a literary journal published by the Black Earth Institute dedicated to re-forging the links between art and spirit, earth and society
Pemaquid Beach, Maine September
of soft white sand,
gypsum left from a glacier,
looks over John’s Bay,
a last lobster boat chugging in,
and, far out, the Hardy boat
ferries tourists back, Monhegan to New Harbor.
The snack bar long closed,
the parking attendants have left the lot
and the last townie and tourist
have folded up blankets and gone.
Falling sun gold-plates the water.
Small waves, combers really,
ride almost silently in to shore.
Overhead the strident cries
of common gulls as they circle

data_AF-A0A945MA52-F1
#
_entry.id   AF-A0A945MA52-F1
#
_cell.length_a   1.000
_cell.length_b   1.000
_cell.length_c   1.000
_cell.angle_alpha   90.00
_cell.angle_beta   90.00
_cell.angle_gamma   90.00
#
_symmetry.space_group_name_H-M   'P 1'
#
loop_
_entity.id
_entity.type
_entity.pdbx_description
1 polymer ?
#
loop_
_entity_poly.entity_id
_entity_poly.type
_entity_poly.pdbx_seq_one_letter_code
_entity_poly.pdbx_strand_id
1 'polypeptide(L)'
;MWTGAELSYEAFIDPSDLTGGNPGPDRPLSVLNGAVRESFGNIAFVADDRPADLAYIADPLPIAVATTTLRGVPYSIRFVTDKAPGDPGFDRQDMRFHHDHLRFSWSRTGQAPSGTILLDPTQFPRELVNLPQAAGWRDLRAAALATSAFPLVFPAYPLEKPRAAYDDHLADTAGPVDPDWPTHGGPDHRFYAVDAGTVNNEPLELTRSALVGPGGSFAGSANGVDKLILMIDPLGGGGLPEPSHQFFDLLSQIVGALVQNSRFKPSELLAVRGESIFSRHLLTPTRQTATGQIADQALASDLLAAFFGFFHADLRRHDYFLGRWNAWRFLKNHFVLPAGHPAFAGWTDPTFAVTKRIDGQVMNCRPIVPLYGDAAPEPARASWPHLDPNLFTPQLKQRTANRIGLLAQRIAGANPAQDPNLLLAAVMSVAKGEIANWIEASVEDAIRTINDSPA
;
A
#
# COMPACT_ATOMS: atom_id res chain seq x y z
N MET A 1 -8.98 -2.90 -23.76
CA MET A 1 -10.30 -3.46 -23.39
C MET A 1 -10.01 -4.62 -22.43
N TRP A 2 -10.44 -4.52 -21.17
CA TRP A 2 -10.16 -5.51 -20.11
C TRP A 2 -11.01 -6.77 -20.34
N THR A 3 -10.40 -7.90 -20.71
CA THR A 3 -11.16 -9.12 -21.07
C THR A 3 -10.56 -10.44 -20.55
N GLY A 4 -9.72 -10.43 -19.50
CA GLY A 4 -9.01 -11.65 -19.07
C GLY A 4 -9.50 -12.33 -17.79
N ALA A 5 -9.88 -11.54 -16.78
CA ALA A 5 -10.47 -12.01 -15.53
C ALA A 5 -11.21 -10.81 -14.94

and dive for porgies
who’ve come almost suicidally in
to the shallow water, followed
by bluefish who feed on them.
A lone fisherman casts
and pulls in the blues–a stack of them
grows on the sand beside him.
At the far end where a rocky outcropping reaches
out into the bay, I watch the one boy left
clamber across the rocks, testing his balance,
hunting for what?
On the bordering dunes,
dune grass is silent in the no wind
and beach roses have gone
to rose hips, big as golf balls.
But here where I stand on the shore,
the mechanical rake has come and gone leaving
a heap of bladder wrack and kelp.
A dozen sandpipers skitter
through the tangle,
staking claim to the sand flies
and small insects they find there,
while, just beyond, on a cliff,
above the rocks, last light ignites
the windows of the cottage on Fish Point
until that one house,
as if it is the last house in the world,
has caught on fire.